- Duke Energy will develop a 2 MW storage project to assist in regulating electric grid frequency for PJM Interconnection, the company announced yesterday.
- Duke will partner with LG Chem and Greensmith on the Ohio project, which will be constructed at the site of Duke's retired W.C. Beckjord coal-fired power plant in New Richmond. The site already houses 2 MW of battery capacity, and the additional capacity is expected to come online by the end of the year.
- Storage capaicity for frequency regulation in PJM is growing rapidly. Earlier this month, Invenergy annouced it would bring more than 60 MW of storage online this year, and the frequency response market has a 150 MW pipeline.
Duke, the largest electric utility in the country, is continuing to explore energy storage solutions and said it believes it owns almost 15% of the installed, grid-connected storage in the United States. The 2 MW project is aimed at enhancing reliability and grid stability across PJM.
LG Chem will create the project’s integrated operating system, while Greensmith will provide energy storage control and analytics software, and system integration services. A 2-MW power conversion inverter is being provided by Parker Hannifin.
"Fast-responding energy storage is recognized for the tremendous benefits it provides to grid operations, because it can instantaneously absorb excess energy from the grid or release energy," Phil Grigsby, Duke Energy's vice president of commercial transmission, said in a statement. "Delivering that power in seconds, as opposed to a power plant that could take 10 minutes or more to ramp up, is the unique value the battery system provides to grid operators."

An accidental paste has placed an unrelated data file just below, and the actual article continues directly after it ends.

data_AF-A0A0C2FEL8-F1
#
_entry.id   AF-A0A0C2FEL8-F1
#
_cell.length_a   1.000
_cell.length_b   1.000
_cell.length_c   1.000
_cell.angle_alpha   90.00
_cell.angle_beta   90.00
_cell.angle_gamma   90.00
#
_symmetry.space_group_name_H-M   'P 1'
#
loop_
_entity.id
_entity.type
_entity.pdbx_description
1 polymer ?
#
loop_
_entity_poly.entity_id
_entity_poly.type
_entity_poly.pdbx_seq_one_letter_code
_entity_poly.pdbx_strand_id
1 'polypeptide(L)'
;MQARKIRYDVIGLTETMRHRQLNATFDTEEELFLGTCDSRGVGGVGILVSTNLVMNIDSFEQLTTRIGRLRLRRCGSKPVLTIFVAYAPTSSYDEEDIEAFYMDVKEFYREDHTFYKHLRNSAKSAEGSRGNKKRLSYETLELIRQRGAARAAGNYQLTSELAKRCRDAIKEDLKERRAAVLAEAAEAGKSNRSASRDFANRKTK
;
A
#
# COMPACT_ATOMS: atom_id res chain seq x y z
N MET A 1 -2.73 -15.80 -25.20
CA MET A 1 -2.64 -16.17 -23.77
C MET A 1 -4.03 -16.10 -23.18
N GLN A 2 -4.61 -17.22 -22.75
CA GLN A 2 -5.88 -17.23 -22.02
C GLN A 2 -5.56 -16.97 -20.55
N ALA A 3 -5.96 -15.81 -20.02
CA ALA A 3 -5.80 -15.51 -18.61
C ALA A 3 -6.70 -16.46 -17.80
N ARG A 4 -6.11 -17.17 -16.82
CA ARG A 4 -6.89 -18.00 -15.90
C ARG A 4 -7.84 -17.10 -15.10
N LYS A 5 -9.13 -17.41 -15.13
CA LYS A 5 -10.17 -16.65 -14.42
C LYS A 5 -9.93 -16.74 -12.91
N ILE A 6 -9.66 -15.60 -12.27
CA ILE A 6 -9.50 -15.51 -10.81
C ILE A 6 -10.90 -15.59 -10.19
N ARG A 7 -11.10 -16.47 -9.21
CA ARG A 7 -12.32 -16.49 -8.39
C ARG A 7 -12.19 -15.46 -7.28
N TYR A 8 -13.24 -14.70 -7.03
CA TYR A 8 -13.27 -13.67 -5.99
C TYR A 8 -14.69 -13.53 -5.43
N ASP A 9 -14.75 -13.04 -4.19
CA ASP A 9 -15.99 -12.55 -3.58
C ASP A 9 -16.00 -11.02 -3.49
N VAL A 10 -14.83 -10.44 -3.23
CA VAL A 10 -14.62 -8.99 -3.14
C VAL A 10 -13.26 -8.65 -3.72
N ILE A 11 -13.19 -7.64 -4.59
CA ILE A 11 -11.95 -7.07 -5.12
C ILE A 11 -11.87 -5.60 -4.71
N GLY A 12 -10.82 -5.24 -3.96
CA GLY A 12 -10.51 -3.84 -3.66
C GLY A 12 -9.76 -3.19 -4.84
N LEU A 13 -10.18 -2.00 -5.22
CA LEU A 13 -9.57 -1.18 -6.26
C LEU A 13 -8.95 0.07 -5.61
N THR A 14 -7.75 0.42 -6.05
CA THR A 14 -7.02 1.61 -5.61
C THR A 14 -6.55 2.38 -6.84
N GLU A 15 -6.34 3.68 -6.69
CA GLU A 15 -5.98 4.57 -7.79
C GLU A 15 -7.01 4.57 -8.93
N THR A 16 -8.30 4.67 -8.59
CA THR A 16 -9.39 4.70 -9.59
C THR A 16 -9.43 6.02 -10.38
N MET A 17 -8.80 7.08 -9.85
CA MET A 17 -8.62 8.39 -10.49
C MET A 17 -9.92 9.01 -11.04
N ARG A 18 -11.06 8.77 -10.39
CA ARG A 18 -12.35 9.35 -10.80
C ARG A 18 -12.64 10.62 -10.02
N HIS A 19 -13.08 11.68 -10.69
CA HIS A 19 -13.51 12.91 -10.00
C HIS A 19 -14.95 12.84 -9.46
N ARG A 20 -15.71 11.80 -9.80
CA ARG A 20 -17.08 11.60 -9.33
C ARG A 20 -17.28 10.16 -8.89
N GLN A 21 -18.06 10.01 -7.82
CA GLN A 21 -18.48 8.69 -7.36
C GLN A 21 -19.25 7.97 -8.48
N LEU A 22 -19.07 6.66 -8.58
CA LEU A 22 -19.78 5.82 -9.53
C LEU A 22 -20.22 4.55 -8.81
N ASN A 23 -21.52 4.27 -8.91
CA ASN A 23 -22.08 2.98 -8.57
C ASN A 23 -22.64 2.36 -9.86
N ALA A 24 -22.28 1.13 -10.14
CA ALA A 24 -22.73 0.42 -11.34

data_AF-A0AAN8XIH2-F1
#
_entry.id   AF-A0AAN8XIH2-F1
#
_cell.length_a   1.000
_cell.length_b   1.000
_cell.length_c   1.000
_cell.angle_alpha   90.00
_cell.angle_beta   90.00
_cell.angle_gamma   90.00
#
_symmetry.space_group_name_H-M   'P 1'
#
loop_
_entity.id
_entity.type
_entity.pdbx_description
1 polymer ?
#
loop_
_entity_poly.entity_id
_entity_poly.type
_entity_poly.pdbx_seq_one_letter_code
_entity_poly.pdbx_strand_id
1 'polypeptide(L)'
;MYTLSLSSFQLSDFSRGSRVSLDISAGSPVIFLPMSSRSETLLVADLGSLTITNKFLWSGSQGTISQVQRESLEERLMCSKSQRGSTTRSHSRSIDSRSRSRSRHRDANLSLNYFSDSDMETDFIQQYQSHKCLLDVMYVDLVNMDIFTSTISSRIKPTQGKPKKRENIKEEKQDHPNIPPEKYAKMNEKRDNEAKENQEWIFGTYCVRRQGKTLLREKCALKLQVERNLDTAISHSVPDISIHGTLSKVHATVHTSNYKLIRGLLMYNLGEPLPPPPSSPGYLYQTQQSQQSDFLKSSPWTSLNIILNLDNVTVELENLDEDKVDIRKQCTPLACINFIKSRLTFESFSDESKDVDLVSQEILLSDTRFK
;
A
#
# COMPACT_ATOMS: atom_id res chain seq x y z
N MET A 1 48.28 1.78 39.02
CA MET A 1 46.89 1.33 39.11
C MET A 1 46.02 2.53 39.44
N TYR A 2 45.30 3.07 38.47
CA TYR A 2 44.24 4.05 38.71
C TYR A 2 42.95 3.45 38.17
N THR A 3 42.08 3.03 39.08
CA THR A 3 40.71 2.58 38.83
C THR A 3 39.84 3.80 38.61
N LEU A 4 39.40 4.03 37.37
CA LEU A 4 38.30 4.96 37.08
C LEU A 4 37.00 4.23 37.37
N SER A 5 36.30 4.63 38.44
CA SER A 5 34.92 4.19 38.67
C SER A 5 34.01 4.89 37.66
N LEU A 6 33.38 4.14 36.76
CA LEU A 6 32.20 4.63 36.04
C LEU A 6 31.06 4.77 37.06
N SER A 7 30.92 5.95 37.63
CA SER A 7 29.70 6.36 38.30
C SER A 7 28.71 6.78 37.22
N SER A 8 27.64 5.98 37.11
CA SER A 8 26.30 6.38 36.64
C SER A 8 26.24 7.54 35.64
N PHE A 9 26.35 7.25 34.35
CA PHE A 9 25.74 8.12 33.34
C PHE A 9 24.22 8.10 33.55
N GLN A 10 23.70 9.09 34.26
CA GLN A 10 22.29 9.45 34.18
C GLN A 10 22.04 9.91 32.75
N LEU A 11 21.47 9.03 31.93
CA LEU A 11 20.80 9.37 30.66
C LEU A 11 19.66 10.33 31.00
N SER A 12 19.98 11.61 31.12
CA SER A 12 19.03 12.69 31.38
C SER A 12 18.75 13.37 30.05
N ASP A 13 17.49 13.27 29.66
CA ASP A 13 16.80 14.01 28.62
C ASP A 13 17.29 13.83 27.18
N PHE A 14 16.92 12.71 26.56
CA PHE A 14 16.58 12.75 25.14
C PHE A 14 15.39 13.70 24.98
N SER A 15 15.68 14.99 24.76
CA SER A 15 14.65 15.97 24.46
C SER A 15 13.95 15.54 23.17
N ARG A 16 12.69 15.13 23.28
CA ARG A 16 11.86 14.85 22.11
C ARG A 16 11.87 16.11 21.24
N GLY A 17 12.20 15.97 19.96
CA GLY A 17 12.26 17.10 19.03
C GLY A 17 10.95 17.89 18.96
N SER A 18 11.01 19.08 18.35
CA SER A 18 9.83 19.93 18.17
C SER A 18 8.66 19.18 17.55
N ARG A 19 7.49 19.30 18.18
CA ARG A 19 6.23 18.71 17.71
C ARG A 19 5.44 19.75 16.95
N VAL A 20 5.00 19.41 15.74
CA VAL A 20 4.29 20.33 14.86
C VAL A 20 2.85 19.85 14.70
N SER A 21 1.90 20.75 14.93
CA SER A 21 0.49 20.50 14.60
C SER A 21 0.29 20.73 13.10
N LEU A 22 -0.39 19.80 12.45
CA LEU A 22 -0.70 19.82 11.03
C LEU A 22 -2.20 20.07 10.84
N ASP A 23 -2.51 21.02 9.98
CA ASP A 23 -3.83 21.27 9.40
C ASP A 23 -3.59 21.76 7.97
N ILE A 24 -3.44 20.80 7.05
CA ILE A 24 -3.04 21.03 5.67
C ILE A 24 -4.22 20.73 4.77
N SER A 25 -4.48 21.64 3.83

Duke already operates one of the largest battery projects in the United States, a 36-MW facility completed in 2012 at the utility’s Notrees Windpower Project in Texas. The storage portion of the project was completed in partnership with the U.S. Department of Energy.
Once completed, the Beckjord project in Ohio will have a total storage capacity of 4 MW.
PJM’s frequency regulation services market was the first offered from an independent system operator to offer significant remuneration for quick-start fast-ramp power from batteries and other load control systems. Payments have averaged $40-$50 per MWh for capacity plus performance since 2012.
With the Duke plans, PJM's frequency response storage pipeline is above 150 MW, and more is to come. Startup Alevo is also planning 200 MW of frequency regulation for PJM and Solar Grid Storage (SGS) — just purchased by SunEdison — is planning another 100 MW.